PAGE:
”They surprised us last time with their intensity which I think was a result of us losing focus after having a week off and resting seven or eight players the week before,” Bolch said. ”We lost a bit of momentum last time out and credit where it’s due, they had us on the back foot. But we worked ourselves back into the match and took control in the end.”

Olympic claimed the minor premiership on the back of a 12-match unbeaten run, an outstanding response to a poor start to the season. ”After being on five points from the opening five games this year we’ve done really well to be in the position we’re in now and this grand final is a reward for the boys for all their hard work,” Bolch said.

”The major-minor premiership double is the main goal for every club at the start of the year, and now that it’s within reach, it’s something we’re desperate to achieve. You don’t need much motivation for a grand final, especially for a Hamilton/Broadmeadow grand final.”

Added incentive for Hamilton’s players is the prospect of sending captain Mat Austin into retirement in style. The 36-year-old defender has been a stalwart with the club, claiming five titles with Hamilton, with coach Bolch aware how this could motivate his players.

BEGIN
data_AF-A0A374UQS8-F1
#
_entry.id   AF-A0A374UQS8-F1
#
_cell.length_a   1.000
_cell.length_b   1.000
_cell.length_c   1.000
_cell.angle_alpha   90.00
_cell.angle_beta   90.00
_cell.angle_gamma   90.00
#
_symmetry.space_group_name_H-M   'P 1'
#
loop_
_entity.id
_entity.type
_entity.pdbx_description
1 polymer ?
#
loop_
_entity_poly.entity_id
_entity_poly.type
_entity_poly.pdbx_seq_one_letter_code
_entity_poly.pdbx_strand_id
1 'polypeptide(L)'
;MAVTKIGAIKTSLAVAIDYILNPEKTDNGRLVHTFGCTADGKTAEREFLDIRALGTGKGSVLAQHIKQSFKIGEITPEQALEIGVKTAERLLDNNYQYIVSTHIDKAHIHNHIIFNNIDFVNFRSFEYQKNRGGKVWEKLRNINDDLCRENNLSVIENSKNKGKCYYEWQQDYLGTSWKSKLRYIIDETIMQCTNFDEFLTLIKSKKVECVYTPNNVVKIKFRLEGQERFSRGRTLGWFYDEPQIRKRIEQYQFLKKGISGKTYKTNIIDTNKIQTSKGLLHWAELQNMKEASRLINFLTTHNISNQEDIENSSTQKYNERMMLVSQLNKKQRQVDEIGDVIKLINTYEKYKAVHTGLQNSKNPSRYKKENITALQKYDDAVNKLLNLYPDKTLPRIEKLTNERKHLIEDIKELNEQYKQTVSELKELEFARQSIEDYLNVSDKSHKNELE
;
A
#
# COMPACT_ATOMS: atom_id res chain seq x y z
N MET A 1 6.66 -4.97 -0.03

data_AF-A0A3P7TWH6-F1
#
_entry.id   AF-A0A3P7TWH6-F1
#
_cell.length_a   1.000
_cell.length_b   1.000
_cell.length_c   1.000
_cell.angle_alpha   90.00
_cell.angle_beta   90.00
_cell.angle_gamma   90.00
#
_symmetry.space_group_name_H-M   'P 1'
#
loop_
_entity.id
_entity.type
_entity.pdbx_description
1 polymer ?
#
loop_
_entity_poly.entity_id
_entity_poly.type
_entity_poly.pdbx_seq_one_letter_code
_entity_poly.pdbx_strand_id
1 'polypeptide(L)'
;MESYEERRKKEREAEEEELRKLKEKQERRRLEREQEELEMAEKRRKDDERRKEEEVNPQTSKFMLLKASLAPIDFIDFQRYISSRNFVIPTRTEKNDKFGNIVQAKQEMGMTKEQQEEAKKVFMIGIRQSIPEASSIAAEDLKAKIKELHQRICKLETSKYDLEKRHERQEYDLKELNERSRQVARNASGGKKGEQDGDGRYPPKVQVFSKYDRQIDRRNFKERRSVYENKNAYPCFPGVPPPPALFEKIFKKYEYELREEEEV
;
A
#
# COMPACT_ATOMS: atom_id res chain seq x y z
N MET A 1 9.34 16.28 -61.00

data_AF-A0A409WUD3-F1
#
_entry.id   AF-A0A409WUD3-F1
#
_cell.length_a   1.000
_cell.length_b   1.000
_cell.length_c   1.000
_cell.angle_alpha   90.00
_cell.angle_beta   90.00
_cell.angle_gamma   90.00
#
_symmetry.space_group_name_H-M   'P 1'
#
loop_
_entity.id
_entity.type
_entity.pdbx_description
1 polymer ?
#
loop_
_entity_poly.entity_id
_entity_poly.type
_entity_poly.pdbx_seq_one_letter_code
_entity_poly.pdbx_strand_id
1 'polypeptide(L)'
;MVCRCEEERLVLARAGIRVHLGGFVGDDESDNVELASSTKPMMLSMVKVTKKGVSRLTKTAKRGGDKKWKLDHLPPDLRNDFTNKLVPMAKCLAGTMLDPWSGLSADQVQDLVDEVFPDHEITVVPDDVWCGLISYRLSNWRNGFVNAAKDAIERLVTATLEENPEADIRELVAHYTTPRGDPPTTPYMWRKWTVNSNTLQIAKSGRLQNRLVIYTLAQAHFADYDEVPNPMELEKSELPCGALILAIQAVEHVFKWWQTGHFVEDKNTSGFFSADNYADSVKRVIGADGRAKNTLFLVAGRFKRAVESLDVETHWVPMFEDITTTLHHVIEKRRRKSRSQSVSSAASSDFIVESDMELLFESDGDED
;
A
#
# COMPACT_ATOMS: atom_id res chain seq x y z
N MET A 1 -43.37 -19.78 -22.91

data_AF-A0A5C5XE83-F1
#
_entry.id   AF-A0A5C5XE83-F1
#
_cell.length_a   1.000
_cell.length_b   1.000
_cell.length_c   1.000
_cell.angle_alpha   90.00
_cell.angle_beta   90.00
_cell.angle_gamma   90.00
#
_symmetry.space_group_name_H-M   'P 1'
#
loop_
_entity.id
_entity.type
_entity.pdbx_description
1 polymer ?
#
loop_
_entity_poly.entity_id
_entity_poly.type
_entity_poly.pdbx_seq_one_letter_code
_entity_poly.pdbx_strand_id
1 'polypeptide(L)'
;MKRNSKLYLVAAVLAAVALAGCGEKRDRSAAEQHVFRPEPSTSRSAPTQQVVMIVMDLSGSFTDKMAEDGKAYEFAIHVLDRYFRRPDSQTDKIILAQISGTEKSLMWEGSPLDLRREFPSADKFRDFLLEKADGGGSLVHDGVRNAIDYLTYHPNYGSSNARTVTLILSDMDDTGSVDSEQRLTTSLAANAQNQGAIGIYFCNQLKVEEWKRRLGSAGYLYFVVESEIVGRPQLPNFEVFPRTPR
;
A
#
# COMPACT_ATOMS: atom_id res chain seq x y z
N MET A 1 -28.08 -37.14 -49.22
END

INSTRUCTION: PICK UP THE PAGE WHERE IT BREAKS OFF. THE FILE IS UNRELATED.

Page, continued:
”For sure it will motivate them, but they don’t need any more motivation. They’re in the grand final. Mat’s such a professional, every time he goes out there he delivers a professional and disciplined performance.”

It will also be the last game for right-back Joel Witherdin who has signed with Oakleigh Cannons.

Hamilton had an injury scare midweek with Witherdin cracking his wrist in training but Bolch is sure he’ll play.

Broadmeadow are struggling with injuries, with striker Peter Haynes battling to prove his fitness after finding hairline fractures in his shoulder.

”Haynes is one of the best strikers in the competition and if he doesn’t play they’ll miss him. But I’m expecting him to play,” Bolch said.